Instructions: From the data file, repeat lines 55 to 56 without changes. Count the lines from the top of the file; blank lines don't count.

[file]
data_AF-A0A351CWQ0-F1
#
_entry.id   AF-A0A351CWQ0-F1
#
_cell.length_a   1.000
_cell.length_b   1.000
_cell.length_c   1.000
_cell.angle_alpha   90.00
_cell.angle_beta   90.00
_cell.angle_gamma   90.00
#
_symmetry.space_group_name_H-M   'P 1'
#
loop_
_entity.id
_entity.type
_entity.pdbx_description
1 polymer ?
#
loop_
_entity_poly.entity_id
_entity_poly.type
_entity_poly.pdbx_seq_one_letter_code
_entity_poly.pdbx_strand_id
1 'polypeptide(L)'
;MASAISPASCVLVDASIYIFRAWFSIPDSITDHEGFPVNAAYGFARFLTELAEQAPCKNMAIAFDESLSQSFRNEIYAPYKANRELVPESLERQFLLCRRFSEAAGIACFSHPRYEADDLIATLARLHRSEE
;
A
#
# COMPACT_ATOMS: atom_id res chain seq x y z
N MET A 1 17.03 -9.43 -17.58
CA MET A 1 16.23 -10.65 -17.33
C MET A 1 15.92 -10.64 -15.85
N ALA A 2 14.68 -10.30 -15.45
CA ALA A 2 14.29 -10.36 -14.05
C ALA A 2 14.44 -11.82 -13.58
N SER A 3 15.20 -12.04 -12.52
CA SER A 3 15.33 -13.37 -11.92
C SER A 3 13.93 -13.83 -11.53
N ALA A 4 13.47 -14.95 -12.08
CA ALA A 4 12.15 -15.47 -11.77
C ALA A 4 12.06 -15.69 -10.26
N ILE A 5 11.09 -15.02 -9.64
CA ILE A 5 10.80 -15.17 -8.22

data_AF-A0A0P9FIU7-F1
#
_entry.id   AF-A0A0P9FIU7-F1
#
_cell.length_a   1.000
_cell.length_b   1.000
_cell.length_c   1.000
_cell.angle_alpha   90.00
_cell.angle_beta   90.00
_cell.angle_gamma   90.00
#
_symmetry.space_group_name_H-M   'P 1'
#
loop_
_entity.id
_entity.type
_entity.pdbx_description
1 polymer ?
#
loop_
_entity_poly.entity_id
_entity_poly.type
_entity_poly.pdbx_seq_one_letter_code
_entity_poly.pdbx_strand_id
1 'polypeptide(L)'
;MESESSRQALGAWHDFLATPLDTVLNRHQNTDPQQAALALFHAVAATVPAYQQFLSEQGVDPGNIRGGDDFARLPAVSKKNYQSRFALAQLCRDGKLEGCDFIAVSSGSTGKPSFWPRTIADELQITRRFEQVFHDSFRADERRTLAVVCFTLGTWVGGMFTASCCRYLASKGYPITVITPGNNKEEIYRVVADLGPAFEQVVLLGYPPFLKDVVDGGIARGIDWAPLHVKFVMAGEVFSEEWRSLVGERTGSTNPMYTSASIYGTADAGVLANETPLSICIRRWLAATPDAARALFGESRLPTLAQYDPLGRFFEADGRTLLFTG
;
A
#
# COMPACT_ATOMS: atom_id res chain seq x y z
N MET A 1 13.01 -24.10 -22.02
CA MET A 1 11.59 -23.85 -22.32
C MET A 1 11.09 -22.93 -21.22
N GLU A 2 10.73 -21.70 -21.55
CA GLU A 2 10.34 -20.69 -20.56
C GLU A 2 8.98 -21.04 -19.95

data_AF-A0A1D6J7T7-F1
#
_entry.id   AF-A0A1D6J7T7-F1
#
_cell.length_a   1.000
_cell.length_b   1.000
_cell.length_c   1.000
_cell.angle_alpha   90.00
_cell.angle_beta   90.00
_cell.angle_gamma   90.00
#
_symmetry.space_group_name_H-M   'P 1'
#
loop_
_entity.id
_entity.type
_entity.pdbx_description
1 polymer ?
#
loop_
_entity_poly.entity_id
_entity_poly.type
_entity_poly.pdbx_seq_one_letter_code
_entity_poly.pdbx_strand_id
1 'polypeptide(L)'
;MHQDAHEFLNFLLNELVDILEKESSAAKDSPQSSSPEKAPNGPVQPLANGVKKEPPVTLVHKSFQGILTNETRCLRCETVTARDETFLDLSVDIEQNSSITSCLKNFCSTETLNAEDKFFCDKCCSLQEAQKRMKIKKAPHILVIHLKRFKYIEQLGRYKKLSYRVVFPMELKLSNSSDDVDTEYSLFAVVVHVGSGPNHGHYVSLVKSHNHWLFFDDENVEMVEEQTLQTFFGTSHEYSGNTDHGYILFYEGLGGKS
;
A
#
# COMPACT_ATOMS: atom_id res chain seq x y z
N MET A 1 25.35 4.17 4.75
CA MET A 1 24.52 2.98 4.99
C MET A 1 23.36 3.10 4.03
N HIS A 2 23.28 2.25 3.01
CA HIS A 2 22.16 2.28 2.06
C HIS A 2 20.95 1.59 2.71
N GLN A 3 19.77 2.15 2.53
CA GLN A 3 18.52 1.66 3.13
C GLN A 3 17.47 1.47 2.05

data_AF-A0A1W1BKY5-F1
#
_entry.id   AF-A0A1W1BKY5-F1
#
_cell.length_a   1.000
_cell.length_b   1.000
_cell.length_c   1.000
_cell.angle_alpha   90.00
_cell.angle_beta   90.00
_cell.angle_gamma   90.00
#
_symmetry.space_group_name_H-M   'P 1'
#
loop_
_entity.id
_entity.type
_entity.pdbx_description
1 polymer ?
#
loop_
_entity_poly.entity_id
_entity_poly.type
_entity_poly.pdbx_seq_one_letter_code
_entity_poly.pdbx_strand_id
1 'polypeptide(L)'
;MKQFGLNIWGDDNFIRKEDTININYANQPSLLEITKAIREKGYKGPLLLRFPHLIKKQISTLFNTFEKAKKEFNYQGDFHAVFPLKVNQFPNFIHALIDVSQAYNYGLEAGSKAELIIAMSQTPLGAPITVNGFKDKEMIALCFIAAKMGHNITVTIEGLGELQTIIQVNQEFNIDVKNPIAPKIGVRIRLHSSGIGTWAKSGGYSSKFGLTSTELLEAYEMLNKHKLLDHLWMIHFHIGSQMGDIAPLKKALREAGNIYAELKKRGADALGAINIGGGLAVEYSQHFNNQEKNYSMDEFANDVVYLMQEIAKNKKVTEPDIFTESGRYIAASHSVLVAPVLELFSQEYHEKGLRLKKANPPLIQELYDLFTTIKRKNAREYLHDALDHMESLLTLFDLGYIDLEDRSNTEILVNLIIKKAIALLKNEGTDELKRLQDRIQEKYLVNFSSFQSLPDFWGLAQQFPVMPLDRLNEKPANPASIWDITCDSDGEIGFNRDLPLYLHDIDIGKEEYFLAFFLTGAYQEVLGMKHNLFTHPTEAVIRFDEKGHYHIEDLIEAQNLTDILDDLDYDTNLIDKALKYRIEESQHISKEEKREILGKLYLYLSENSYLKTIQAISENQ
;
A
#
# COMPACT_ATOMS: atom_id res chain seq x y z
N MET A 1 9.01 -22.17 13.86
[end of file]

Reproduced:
#
_symmetry.space_group_name_H-M   'P 1'